It's been nearly three years since London's Heliocentrics issued 2017's mind-blowing one-two punch of A World of Masks and their soundtrack for The Sunshine Makers. Drummer Malcolm Catto and bassist Jake Ferguson, the band's producers, reached a new plateau with those releases. They forged an aesthetic that explored numerous Indo-Asian traditions, library music, fractured '70s funk, film scores, beat jazz, and more, and applied them as carefully woven sonic experiments. They realized long ago that the band's restlessness is their M.O. Here, they've managed to deliver a rainbow stew of hybridized genres, production techniques, subtle but effective sound effects, and massive grooves.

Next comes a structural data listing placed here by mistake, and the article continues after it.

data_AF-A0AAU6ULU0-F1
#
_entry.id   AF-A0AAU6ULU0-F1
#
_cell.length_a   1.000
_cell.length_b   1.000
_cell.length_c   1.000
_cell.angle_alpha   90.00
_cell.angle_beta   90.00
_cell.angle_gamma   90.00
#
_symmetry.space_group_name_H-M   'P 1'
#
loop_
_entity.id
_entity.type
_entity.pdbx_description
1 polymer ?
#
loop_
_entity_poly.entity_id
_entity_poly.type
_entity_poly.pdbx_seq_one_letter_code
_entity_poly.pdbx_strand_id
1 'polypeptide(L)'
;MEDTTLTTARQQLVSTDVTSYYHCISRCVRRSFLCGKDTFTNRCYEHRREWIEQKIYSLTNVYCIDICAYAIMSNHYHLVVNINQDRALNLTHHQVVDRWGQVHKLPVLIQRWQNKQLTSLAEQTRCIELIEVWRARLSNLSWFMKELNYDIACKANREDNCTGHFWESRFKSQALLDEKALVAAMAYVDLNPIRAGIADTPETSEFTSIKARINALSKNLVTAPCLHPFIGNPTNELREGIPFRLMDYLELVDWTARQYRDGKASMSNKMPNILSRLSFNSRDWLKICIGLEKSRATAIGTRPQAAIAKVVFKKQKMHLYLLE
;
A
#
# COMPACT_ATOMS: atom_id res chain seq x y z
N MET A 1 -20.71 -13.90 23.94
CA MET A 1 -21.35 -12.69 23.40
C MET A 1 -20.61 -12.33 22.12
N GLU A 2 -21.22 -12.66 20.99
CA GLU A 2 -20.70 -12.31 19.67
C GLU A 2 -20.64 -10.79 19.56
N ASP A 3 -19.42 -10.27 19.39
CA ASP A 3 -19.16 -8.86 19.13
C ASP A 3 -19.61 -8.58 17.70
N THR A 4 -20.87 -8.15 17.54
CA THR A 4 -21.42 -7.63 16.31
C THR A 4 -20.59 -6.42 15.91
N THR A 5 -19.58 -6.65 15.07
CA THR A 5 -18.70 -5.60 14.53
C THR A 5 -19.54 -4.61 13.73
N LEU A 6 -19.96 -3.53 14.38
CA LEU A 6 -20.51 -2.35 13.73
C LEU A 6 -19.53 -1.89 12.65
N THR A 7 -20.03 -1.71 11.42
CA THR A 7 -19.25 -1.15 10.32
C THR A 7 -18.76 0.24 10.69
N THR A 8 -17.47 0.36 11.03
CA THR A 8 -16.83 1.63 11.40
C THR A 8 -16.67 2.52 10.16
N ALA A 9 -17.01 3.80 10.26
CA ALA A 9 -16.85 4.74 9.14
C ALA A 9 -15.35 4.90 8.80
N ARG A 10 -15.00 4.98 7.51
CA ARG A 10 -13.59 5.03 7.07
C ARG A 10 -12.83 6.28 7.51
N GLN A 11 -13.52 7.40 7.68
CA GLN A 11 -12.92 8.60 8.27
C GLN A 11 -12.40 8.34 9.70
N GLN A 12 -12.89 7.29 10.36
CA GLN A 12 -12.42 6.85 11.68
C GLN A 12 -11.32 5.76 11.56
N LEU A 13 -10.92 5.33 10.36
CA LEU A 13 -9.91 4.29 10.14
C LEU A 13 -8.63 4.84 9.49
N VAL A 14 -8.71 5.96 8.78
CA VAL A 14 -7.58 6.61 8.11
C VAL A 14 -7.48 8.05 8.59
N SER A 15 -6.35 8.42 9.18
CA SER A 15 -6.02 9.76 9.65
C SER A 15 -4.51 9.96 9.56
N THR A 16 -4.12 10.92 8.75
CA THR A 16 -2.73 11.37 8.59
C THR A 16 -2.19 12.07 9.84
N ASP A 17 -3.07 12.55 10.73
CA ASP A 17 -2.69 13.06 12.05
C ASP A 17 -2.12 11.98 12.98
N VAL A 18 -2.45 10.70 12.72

The Infinity of Now is the Heliocentrics debut offering for Madlib's Madlib Invazion label. Vocalist Barbora Patkova returns to the fold as a full member. She appears on most of the album, including the set's first mind-melting single "Burning Wooden Ship." Paced by Catto's funky breakbeat shuffle, reverb, analog synth blips, Dan Smith's open-tuned modal guitars, and a Krautrock bassline, these traits commingle in a droning melody before the instruments clash amid a dubwise mix, as Patkova effortlessly croons through the middle. "Venom" is a snaky melody languidly framed by the rhythm section, bluesy distorted guitar, telegraph-key Farfisa organ, and Patkova's nearly June Tyson-esque vocal that transforms itself into something regal in the bridge. At the midway point, the track breaks wide open as the quartet reference and challenge one another as broken beat funk meets a nocturnal psychedelia. "Elephant Walk" features saxophonists Jason Yarde (baritone) and Colin Webster (alto) blowing free into a hypnotic, circular drum'n'bass vamp and acid-drenched organ, increasing the intensity until it fades. The spiky Afro-beat in "Hanging by a Thread" melds Afro-Latin drums and spiraling psych-blues guitar while a fractured funk bassline chugs along to a shimmering, steamy organ pulse. "People Wake Up," the nearly ten-minute closer, is the most tripped-out thing here. A fuzzy Indian banjo (courtesy of Jack Yglesias) Keith Levene-esque snaky electric guitar (circa PiL's Metal Box era), a sparse doomy, dub bassline, sirens, flute, Raven Bush's strings, and Patkova's airy vocal all execute a ghostly melody that refuses to be anchored. It hovers, floats, mutters, stutters, and purrs. As the band strips it down to nothing, it re-emerges on the other side as a mutant jazz-funk jam messing with time and space. Amid drones, wafting sound effects (Sylvia Hallett's hurdy-gurdy and sarangi among them) and broken beats, it ratchets up the intensity. A droning circular bassline frames the psych effects to usher in a circular rhythmic vamp that dissembles itself amid sawing strings, steely distortion, and industrial feedback, engaging in modal interplay that radically but seamlessly reshapes the band's process and force until all the music has left to do is fade abruptly. The Heliocentrics' multivalently textured sound is by now a trademark signature. Infinity of Now is more adventurous, disciplined, and focused than any of their previous outings. Its dark and murky sonic vision is at once completely out of step with everything else, as well as miles ahead of it.